5. Sexual aggression

Sexual aggression refers to behavior that is sexually motivated and intended to harm or control another person. It can include unwanted touching, sexual harassment, or sexual assault. This type of aggression is a serious issue and can have long-lasting physical and psychological effects on the victim.

Root Causes Of Aggression

Research 6 Haller J. (2022). Aggression, Aggression-Related Psychopathologies and Their Models. Frontiers in behavioral neuroscience, 16, 936105. https://doi.org/10.3389/fnbeh.2022.936105 attributes the common causes of aggression to the following:

  1. Heredity disposition toward violence
  2. Personality traits and predisposition to developing aggression
  3. Neurochemical imbalances and dysfunctional neurotransmitters (like dopamine and serotonin) triggered by traumatic brain injury, meningitis, alcoholism, etc.
  4. Poor parenting related to abuse and neglect
  5. Negative or life-threatening home conditions that mandate aggression for survival
  6. Living in violent environments (like neighborhoods with gang wars)
  7. Learned behavior from peers or media
  8. Lack of education on behavioral management
  9. Underlying mental health conditions 7 Rueve, M. E., & Welton, R. S. (2008). Violence and mental illness. Psychiatry [Edgmont (Pa. : Township)], 5(5), 34–48. like antisocial personality disorder, attention deficit hyperactivity disorder, borderline personality disorder, intermittent explosive disorder, oppositional defiant disorder, post-traumatic stress disorder, etc.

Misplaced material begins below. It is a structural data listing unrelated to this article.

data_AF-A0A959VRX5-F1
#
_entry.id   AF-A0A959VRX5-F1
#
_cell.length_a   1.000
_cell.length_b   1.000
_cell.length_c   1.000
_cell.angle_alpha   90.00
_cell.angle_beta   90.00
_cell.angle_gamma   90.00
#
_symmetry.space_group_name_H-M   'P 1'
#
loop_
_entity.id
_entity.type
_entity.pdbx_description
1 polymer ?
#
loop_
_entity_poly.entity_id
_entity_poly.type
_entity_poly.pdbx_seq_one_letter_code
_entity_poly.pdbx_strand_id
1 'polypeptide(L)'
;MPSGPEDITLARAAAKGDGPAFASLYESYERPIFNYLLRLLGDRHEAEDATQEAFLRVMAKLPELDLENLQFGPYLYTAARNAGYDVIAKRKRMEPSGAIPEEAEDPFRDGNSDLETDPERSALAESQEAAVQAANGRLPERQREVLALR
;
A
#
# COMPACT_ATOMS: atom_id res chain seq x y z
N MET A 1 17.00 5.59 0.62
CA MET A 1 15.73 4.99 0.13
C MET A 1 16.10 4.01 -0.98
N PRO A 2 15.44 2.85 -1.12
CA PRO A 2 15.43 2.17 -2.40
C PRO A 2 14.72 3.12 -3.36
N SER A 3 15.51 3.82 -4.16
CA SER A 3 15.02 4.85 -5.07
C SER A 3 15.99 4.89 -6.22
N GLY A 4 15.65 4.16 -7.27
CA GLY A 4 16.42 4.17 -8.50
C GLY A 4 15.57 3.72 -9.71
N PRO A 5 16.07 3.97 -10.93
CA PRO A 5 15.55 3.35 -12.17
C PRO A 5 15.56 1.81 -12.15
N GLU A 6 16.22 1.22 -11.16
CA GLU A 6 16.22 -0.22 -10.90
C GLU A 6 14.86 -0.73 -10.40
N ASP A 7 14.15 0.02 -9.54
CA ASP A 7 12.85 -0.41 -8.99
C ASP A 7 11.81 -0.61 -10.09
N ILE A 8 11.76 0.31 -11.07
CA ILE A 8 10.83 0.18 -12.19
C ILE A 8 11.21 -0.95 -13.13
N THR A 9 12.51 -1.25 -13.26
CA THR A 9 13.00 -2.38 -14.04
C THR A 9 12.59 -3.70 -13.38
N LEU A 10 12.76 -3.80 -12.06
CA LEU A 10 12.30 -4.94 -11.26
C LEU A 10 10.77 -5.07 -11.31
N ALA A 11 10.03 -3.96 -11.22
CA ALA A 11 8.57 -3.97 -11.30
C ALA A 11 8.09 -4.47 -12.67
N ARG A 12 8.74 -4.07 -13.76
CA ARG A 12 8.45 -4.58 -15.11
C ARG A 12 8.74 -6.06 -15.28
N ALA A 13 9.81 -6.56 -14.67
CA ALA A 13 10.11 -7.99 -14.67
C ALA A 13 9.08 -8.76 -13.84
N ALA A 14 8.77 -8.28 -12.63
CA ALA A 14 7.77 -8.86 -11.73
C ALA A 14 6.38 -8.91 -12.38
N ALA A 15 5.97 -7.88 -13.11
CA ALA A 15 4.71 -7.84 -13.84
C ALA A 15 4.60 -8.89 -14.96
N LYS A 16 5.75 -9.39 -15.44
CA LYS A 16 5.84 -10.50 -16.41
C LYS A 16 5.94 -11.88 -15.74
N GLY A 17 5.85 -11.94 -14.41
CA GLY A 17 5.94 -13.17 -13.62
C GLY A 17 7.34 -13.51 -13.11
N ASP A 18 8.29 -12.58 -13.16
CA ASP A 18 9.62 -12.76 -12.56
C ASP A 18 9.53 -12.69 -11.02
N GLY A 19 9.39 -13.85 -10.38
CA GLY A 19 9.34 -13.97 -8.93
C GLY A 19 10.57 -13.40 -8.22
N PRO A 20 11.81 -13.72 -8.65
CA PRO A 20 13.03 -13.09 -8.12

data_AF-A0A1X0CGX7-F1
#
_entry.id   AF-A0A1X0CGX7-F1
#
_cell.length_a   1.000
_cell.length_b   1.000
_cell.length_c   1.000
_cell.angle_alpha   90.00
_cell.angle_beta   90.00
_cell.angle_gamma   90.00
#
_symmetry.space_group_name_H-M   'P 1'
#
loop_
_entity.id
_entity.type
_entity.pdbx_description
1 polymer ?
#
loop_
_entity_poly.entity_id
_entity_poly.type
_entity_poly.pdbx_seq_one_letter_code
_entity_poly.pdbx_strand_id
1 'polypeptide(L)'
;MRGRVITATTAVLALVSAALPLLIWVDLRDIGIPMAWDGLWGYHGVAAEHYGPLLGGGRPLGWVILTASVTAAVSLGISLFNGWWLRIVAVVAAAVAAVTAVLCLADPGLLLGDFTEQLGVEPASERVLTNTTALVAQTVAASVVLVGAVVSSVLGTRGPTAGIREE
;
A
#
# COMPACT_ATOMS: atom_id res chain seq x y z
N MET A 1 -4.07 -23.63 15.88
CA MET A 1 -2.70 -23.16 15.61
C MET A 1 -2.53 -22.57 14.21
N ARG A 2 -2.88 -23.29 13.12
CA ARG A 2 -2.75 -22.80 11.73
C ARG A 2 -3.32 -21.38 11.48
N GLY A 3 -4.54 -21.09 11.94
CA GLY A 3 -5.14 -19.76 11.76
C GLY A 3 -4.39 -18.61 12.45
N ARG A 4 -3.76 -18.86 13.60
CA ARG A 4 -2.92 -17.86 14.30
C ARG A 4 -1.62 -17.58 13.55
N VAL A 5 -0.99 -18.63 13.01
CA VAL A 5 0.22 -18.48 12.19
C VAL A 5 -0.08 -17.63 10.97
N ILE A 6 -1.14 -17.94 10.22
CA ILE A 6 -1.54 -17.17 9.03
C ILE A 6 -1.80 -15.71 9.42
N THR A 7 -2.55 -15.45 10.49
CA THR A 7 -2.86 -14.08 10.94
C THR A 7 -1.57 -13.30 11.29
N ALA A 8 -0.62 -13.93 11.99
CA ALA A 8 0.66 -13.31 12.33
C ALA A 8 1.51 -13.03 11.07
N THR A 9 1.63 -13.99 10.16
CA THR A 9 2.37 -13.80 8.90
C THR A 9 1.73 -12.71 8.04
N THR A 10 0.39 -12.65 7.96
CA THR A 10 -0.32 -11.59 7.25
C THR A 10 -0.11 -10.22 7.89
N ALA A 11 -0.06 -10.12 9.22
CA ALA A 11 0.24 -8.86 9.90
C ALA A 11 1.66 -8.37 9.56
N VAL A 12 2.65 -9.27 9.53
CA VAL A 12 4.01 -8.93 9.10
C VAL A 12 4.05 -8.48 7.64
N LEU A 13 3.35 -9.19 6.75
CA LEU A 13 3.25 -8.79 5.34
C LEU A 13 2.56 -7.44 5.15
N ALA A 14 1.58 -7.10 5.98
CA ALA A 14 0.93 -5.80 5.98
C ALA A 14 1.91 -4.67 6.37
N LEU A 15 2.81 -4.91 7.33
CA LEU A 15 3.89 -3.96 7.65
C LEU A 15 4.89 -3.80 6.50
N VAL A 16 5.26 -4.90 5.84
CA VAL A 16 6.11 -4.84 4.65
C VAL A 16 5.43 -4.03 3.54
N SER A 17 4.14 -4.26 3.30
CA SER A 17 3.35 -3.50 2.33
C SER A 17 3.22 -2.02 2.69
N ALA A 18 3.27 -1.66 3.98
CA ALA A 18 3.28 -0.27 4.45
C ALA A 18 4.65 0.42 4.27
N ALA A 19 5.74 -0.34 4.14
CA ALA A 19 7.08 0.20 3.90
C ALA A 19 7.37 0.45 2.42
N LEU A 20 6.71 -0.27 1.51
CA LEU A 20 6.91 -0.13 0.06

10. Cultural notions of aggression and violence

Effects Of Aggression On Mental Health

Aggression can arise from untreated mental health disorders 8 Rueve, M. E., & Welton, R. S. (2008). Violence and mental illness. Psychiatry [Edgmont (Pa. : Township)], 5(5), 34–48. and have a negative impact on mental health and well-being. It can lead to distressing emotions related to:

Aggressive behavior can also lead to social isolation, strained relationships, and various mental health issues 9 Izci, F., Fındıklı, E., Camkurt, M. A., Tuncel, D., & Şahin, M. (2016). Impact of aggression, depression, and anxiety levels on quality of life in epilepsy patients. Neuropsychiatric disease and treatment, 12, 2595–2603. https://doi.org/10.2147/NDT.S113041 , including mood disorders, substance abuse, self-harm, and suicidal ideation.